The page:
Prior to heading into the NBA’s restart bubble, Boston’s Brad Wanamaker had a plan.

“Stay consistent. Try to stay in the rotation,” Wanamaker told NBC Sports Boston. “Just enjoy the journey. It’s been great so far.”

Especially for Wanamaker, who has been a steady presence off the Celtics bench in their seven seeding games in Orlando. 

And with an eighth and final tuneup before the playoffs start, Wanamaker has achieved most of his goals this season with the playoffs around the corner. 

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But what Wanamaker has done in the seven games in the bubble goes beyond keeping the playmaking seat warm for the likes of Kemba Walker and Marcus Smart. He’s heating things up with his play that ranks among the best players under the bubble. 

Wanamaker’s return was a bit unexpected considering he played sparingly last season and the Celtics already had a roster of playmaking versatility.

He has a net rating of +23.9, which is second only to current Los Angeles Clipper and former Celtic Marcus Morris Sr. (+24.0) among players to appear in at least five games in the bubble. Wanamaker’s net rating stands head and shoulders above any other Celtics player, with the next in line being Jayson Tatum at +14.0.

His play has been somewhat surprising, serving as a clear push-back on the notion that Boston has a weak bench.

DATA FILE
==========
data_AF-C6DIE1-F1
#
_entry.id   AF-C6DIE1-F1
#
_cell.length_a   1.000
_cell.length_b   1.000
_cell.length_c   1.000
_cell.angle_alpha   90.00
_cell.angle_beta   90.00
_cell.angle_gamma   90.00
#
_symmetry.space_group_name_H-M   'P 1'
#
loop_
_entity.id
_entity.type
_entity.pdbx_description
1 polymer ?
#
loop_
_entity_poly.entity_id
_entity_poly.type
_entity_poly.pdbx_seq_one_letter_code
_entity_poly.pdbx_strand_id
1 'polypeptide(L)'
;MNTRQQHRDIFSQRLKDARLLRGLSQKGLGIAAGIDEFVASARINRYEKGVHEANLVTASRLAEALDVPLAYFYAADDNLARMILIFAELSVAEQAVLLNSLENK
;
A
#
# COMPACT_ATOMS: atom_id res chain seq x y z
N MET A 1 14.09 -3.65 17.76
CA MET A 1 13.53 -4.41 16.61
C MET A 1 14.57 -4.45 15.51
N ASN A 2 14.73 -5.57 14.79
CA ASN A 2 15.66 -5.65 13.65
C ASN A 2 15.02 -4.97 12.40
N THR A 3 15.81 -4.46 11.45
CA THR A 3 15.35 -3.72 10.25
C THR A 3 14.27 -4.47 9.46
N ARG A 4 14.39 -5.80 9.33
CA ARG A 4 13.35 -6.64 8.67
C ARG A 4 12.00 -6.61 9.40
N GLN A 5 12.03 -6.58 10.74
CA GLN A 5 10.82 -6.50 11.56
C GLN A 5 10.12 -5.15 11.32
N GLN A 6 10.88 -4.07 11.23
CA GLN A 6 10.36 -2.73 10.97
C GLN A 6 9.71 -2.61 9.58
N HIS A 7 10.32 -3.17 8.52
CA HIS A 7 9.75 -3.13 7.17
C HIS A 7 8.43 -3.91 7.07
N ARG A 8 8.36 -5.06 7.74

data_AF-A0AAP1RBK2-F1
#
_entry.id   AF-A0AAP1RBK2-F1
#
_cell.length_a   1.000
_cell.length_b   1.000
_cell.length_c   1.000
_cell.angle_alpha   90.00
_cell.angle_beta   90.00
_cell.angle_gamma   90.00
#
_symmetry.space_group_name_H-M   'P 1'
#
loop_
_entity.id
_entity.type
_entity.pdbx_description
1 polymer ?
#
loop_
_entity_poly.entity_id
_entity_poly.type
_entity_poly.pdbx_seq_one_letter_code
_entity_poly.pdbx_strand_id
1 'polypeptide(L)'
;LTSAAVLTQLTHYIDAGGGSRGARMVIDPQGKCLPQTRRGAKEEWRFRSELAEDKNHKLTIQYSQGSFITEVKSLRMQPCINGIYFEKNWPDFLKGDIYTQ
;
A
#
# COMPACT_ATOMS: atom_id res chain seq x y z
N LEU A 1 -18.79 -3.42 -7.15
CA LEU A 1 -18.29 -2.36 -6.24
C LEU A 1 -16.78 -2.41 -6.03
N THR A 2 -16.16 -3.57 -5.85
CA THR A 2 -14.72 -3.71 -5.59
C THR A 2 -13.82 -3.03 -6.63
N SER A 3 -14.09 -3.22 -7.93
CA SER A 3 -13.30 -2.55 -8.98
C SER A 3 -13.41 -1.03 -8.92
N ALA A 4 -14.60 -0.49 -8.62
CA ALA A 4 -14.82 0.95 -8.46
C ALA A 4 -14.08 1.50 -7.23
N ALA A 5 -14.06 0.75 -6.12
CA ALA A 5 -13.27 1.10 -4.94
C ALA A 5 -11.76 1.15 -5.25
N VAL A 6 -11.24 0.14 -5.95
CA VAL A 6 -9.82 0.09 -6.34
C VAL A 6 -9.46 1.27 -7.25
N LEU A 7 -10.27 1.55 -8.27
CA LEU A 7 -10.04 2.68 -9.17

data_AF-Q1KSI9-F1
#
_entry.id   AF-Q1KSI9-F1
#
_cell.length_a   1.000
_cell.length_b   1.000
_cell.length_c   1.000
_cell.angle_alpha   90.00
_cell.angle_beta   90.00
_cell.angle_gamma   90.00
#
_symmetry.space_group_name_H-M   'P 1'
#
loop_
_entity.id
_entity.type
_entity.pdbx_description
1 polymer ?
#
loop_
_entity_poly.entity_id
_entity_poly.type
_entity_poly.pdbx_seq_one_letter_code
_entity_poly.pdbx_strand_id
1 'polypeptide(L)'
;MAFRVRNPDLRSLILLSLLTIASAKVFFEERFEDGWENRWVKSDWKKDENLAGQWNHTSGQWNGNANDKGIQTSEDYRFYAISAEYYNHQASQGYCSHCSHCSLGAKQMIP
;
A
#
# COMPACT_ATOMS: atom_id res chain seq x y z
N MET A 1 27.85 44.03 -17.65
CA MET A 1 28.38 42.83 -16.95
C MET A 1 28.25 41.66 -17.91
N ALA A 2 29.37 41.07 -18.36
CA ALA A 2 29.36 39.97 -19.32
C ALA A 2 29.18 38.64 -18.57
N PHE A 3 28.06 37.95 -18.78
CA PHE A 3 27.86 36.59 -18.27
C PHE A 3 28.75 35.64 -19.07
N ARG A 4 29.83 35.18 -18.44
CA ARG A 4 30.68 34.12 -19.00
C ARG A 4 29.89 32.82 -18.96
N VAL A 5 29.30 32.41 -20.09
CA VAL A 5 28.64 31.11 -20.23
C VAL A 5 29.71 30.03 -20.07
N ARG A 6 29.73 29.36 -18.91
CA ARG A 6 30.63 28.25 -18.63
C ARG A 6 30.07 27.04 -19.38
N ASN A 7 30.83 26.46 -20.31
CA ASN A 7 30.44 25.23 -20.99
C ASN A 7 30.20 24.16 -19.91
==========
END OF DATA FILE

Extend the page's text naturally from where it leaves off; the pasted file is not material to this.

Other than Marcus Smart, Boston’s backups haven’t gotten much love this season. But in the bubble, a number of them have made the most of opportunities to play a more steady role, with Wanamaker near the top of that list. 


Alongside Smart, Wanamaker gives Boston a gritty defensive tandem that has made its mark. The duo has played in all seven bubble games for Boston, and has a net rating of 33.3 which ranks second on the team's two-man units to Wanamaker and Gordon Hayward (35.0) among tandems to play together in each of their seven games. 

While Wanamaker’s numbers paired with others are indeed impressive, his individual scoring (11.5 points on 65.2 percent shooting from the field) during Boston’s four-game winning streak has been among the keys to the team’s run of success lately. And while his play has been steady of late, his presence behind the scenes has been a constant all season. 

“A lot of guys look up to him,” Celtics head coach Brad Stevens said earlier this season. “He’s kind of been a quiet leader for us.”

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The 31-year-old Wanamaker has been a voice in the ears of the team’s younger players, some of whom Wanamaker has found himself having to compete against for minutes. 

Like so many of them, he knows all too well what it feels like to sit on the bench and not play, unsure when — if at all — your number is going to be called. 

“Your mental can be really (expletive) up if you’re not playing like you want to play or you come into a situation and look for it to go a certain way and it doesn’t,” he said. “I’m constantly checking in on those guys. We have a very talented group of guys. You see it in the summer, preseason and some games … just try to stay in their ear so that when their time comes, they’re ready.”

Words he not only preaches, but also lives by with his play.